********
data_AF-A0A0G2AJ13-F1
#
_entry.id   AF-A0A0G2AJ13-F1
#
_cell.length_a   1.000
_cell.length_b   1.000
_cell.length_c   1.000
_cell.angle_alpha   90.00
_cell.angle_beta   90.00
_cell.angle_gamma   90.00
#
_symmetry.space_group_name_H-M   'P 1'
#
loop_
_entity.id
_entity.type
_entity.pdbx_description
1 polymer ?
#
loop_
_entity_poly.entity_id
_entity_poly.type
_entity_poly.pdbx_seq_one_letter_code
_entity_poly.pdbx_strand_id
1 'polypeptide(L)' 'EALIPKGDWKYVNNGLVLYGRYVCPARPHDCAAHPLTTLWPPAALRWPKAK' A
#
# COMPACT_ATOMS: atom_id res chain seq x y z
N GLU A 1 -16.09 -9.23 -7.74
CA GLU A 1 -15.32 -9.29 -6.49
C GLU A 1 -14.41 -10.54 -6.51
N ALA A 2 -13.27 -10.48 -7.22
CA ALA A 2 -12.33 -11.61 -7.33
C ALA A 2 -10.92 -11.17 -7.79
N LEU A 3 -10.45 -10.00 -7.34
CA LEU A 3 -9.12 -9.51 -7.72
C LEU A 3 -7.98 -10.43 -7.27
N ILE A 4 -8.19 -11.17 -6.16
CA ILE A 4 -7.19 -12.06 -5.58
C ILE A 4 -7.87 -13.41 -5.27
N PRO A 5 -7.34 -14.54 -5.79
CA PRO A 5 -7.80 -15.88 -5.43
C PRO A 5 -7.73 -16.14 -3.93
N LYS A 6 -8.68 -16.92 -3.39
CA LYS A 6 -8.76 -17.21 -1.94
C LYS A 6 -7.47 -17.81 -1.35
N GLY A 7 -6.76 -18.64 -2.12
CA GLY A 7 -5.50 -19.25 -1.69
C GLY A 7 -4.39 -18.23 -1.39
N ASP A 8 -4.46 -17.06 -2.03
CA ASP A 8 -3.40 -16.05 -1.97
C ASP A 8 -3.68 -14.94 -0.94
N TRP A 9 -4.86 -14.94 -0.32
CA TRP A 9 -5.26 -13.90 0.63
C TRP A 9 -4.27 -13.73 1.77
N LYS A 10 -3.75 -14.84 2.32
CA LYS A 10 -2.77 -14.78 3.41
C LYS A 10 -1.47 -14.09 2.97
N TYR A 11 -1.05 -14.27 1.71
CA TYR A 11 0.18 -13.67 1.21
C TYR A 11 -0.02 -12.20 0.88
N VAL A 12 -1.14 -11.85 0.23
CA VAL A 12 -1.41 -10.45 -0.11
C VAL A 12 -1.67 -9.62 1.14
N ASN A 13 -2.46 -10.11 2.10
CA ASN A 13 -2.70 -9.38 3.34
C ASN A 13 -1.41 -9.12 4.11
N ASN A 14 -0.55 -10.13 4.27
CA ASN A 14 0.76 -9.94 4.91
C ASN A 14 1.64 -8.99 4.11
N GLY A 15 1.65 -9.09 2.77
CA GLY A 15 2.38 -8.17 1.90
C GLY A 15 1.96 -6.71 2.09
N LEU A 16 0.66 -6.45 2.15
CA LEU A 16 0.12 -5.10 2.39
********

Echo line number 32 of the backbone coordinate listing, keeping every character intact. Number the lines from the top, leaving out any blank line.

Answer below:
CA ALA A 2 -12.33 -11.61 -7.33